Wednesday, February 6, 2013

Foolish Love. RIP Flanders

Why does it seem so foolish to cry over a dead cat? I bawled like a baby, sobbed like it was a real tragedy.

I have never had to put a cat "down" before today. It was an experience I won't likely forget. Flanders was never a great cat, I'll be honest about that. He was the skinny runt of a litter of feral cats. I picked him out from a kitty foster home just outside of Minneapolis. It was 1997. He was never very affectionate, but he was always adorable. He hated most people, but he trusted me, and me alone.

Over the years he ruined countless bedspreads, carpets and even pieces of clothing, and yet as I held him in my arms while the vet injected the deadly dose of "sleep" medicine, I sobbed and sobbed.

I used to joke about how he just wouldn't die, this skeletal cat who vomited all over my house. There is nothing like stepping barefooted, into a pile of fresh cat puke at 6am. But when it was time to let him go, I didn't want to.

Perhaps it was because we bonded over the past two years in this house on MacArthur. For a full year of his life Flanders was locked in my office after he destroyed the attic of our former rental with his urine. During that year I was his only companion. He would sit on my desk and stare at me as I responded to emails and interviewed unsuspecting candidates over the phone. Nobody had to know that my only office mate was a sickly little orange tabby.  He would hop on my lap occasionally and push his head into my thigh, looking for a soft pat on the head, or a scratch under his chin. He kept me company, and seemed to be happier than ever.  Eventually we let him out of the office to explore the rest of our home. For a while, he did alright. Until he wasn't anymore.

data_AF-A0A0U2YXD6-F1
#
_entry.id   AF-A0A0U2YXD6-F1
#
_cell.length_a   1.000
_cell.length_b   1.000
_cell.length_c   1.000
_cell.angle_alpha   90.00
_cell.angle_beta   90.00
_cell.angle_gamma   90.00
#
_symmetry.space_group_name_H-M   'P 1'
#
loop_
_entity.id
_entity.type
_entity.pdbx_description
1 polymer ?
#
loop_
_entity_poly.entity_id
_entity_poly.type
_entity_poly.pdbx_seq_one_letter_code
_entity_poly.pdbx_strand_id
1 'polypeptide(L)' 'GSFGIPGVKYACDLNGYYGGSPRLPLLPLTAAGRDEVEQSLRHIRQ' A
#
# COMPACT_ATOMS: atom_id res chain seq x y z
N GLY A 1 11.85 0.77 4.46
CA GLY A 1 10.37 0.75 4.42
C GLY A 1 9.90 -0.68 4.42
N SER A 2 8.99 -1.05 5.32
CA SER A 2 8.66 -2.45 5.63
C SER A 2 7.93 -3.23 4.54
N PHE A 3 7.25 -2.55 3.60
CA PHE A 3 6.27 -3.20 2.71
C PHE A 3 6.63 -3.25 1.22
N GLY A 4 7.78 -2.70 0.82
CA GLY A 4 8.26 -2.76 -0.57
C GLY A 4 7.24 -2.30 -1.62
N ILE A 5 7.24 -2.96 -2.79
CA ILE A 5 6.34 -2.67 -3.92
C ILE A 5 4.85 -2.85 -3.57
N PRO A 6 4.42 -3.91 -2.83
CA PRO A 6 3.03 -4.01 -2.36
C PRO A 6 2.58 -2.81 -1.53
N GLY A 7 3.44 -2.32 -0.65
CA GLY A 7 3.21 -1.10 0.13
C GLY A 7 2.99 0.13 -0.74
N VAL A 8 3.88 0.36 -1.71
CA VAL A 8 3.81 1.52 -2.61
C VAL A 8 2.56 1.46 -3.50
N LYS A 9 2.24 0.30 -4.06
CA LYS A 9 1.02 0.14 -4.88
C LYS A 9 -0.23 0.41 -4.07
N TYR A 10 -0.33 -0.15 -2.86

Today I found pools of red across the basement floor. My little cat was vomiting blood. I couldn't let it go on.

I put Flanders in the cat carrier and loaded my 4.5 pound feline into the van. As I drove to the pet hospital, I had a feeling that I was transporting my innocent friend to his death.

I opted to stay as they put him to sleep. They injected a sedative into his body, and for the first time in years I was actually able to hold him. Flanders never liked to be held. Almost immediately he was out. His eyes vacant, his body motionless. I kissed his furry neck. I whispered that I loved him. That I would miss him. That my office would be empty without him. The vet then gave him his final injection and the life slipped out of him. He was gone.

I was left in the room to say my final goodbye. I looked at his body, then tearfully walked away.

It's a cat. An old cat. A cat that was truly a pain in the ass. But he was my cat. He depended on me. He trusted me, and it was my decision to let him go. He was alive and breathing, but with my signature on a consent form, I ended his life.

The vet said it was the right thing to do. I'm sure it was. But my heart still hurts, and the the tears keep coming, foolish as it may be.


  1. Love is never foolish. He was a sweet kitty and I'm glad we got to see him. You did the only thing you could.

  2. Rachel,
    It's so sad, and so hard to lose a kitty friend. I've had to say goodbye to 5 cats, an it's never easy. Even when they're tossing up, or scratching furniture, or leaving their traces. So sorry.

  3. Thats so terribly sad, but moving too. Flanders was lucky to have you and it sounds vice versa.

  4. No matter what, it is so hard to lose an animal. Sorry for your loss.